Nils Lundkvist, Defence, Luleå HF (SHL), 5 foot 11, 180 pounds
Lundkvist has been talked about as a player who could be a steal if he manages to fall outside the first round of the draft.
Another player who made the jump to the SHL in his draft year, Lundkvist is a defender that packs a punch offensively and is a right-handed shot.
"“Smooth skating, right-shot defender who has looked comfortable and calm in the SHL as a 17-year-old. Can run a power play, jump of the ice to join the attack and offers reliable positioning in the defensive end.” – Cam Robinson, Dobber Prospects"
While Lundkvist had five points in 28 games in the Swedish top-flight this season, it was his plus-two rating and zero penalty minutes that stuck out.
Despite the smaller frame, he is not a defender who has put all his eggs into the offensive basket. He gets bodied off the puck by bigger forwards, but packing on muscle will counter that.
Ben Kerr of Last Word on Hockey made a stylistic comparison to Tomas Kaberle. If that’s the case, a second-rounder would be well spent on him, if a team is willing to give him time to grow into his potential.
David Gustafsson, Centre, HV71 (SHL), 6 foot 1, 185 pounds
Gustafsson is emerging as one of the gems of this draft. You know someone has to be a special prospect to crack the roster of the reigning SHL Champions as a 17-year-old.
While Gustafsson only managed 12 points across the entire campaign with HV71, the 45 games he appeared in were pivotal to his growth.
"“Gustafsson was a role player for HV71’s top team, but watching him play against peers reveals a dominant puck hound that is a threat in open ice. He uses his quick feet and active stick to strip pucks from defenders behind the net, but it’s his ability to spot cutters and weak-side teammates that puts him in a select group of draft-eligible centers.” – Steve Kournianos, Sporting News/ The Draft Analyst"
Unlike some of the other forwards in this age group, Gustafsson already plays well in his own end. Add that to his prowess in the offensive end and he can be looked at as a reliable option in the NHL down the road.
Gustafsson has top-nine potential at the moment. With more time, his ceiling could be higher. He can spend another couple of years in the SHL and become a bigger contributor to his team’s success.
Filip Hållander, Centre, Timrå IK (Allsvenskan), 6 foot 1, 185 pounds
Are you seeing a theme here? The Leafs love them some Swedes and they need a centre. Luckily for them, Hållander is another special talent who can play down the middle or slide out onto the wing.
"“Hallander has a good arsenal of shots. His wrist shot and snapshot are both powerful and accurate. His release is above average, but could use a bit more work. Hallander can score from the slot, or from the tops of the circles. He is also strong on the backhand, with the ability to elevate the puck in tight to the net. His soft hands are good at deflections and at pouncing on rebounds. Hallander does not use his slap shot very often. It could use some work, and he is more effective at fooling goaltenders with the shorter wind-up. Hallander has good stickhandling and puck control but plays a simple game. He keeps the puck moving with quick, accurate passes to the open man. He is not the type to dangle defenders or make a creative saucer pass but reads the game well and keeps the puck moving. A hallmark of Hallander’s game is the fact that he always keeps his feet moving. He is strong on the forecheck and pressures opponents into mistakes, which he can then take advantage of offensively.” – Ben Kerr, Last Word on Hockey"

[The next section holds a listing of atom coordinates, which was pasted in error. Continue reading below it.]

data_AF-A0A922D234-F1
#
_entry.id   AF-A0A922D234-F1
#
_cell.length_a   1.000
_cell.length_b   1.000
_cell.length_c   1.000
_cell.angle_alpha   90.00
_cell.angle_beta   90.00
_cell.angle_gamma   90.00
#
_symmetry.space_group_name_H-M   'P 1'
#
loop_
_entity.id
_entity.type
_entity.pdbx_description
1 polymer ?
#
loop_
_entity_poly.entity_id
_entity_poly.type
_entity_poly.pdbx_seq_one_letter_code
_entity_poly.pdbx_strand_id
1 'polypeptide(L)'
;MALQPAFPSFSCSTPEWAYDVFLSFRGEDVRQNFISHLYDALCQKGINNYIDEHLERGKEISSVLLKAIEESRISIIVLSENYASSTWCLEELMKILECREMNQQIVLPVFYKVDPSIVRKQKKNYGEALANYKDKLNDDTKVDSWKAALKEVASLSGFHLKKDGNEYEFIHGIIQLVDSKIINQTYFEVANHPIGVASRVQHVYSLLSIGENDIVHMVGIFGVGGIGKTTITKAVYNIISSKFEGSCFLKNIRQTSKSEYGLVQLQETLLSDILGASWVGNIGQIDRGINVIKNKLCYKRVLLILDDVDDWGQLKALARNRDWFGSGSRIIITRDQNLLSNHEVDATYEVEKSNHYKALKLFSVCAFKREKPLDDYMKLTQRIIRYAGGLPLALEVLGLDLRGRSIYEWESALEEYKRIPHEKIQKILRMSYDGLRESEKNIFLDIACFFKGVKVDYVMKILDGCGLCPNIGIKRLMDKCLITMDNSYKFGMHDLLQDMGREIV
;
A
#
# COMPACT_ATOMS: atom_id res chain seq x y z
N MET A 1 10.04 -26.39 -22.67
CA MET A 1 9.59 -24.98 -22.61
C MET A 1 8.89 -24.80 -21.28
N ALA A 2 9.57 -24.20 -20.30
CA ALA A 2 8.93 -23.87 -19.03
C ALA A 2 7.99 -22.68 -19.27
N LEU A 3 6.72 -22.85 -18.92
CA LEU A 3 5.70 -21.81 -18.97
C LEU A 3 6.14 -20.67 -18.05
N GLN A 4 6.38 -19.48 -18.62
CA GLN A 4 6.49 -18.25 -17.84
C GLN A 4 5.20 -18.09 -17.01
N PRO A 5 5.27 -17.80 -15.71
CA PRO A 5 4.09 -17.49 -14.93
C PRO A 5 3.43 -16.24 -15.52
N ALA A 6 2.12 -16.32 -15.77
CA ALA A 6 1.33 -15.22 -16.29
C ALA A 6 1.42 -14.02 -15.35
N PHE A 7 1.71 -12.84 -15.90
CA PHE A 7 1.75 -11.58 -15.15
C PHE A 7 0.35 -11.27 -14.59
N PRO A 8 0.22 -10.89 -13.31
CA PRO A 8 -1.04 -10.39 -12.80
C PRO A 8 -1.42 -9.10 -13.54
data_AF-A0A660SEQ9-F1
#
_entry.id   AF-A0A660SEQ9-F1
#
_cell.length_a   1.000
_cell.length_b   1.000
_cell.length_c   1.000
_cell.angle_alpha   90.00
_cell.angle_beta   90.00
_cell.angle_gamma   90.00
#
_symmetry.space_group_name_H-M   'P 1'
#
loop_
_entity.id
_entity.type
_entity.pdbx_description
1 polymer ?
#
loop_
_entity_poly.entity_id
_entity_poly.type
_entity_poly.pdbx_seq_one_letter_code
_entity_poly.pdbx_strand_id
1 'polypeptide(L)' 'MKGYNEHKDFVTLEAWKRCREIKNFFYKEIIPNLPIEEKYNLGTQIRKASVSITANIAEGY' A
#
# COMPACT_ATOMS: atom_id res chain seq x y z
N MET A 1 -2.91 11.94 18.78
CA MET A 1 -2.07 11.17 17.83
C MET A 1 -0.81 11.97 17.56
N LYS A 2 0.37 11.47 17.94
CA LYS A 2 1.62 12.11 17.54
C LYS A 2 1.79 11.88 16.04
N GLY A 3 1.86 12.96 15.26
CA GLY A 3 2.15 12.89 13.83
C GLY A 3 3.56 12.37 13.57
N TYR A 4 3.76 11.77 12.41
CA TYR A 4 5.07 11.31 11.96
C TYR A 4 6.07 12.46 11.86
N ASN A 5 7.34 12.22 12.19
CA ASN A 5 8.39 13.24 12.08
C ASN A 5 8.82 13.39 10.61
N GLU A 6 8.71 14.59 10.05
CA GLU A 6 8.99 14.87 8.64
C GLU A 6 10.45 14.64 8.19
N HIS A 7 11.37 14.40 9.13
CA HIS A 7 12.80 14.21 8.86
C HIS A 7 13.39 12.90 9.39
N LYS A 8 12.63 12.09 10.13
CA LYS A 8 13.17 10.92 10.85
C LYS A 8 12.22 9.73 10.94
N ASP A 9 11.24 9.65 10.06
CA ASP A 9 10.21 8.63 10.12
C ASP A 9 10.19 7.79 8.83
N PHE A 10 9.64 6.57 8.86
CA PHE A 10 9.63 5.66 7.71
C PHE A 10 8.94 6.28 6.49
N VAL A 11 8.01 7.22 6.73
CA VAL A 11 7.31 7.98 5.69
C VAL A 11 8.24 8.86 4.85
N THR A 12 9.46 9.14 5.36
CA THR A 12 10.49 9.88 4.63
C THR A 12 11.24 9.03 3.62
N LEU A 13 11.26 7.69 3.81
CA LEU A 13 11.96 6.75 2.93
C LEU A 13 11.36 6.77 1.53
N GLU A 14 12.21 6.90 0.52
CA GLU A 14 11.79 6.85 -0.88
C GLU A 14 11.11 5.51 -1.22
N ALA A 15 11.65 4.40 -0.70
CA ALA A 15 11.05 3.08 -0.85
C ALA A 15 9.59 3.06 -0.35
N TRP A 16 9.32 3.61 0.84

Hållander would likely have been looking to make the jump from the second-tier of Swedish hockey to the SHL for the upcoming season. Lucky for him, Timrå earned promoted to the top flight after fighting their way through Kvalserien this year.
Like many of the other European prospects here, Hållander will likely bide his time learning how to better himself in his homeland.
Some see the Swede as more of a top-nine option rather than a top line option. He is a player who can hold his own in the defensive end and chip in points to boot. A season in the SHL will definitely give everyone a better idea of what Hållander will be in the NHL.
Jay O’Brien, Centre, Thayer Academy (USHS-Prep), 6 foot, 183 pounds
Alternate routes to the NHL have become more and more popular as the years have gone on. O’Brien didn’t go the USHL or junior route, however. Instead, he elected to play nearly his entire season in the high-school ranks.
The closest comparable to his draft route was 2017 eighth-overall pick Casey Mittelstadt, who played the majority of his season with Green Bay of the USHL before returning to high-school, where he tore up the Minnesota ranks.
While he isn’t as dynamic a talent as Mittelstadt, O’Brien lit prep school hockey on fire with Thayer Academy.
Averaging 2.67 points per game, O’Brien’s 80 points in 30 games was tops in the league. He also had 21 more points than the second-highest scorer on his team.
"“As the game (The All-American Prospects Game) went on, O’Brien got more impressive. Even though he has mostly played in the New England prep ranks, he did not look intimidated by the more experienced competition. Speedy and highly skilled, the Providence College commit went top-shelf for a goal and looked good on faceoffs.” – Ryan Kennedy/The Hockey News"
As a player heading to college next season, O’Brien could be looked at as a bit of a project. If a team is patient with him, they could find a great player coming out of the NCAA ranks in a couple of seasons.
So here we are; the draft is finally upon us. Who do you predict the Toronto Maple Leafs will take in the first round, and why? Share your thoughts in the comments section below.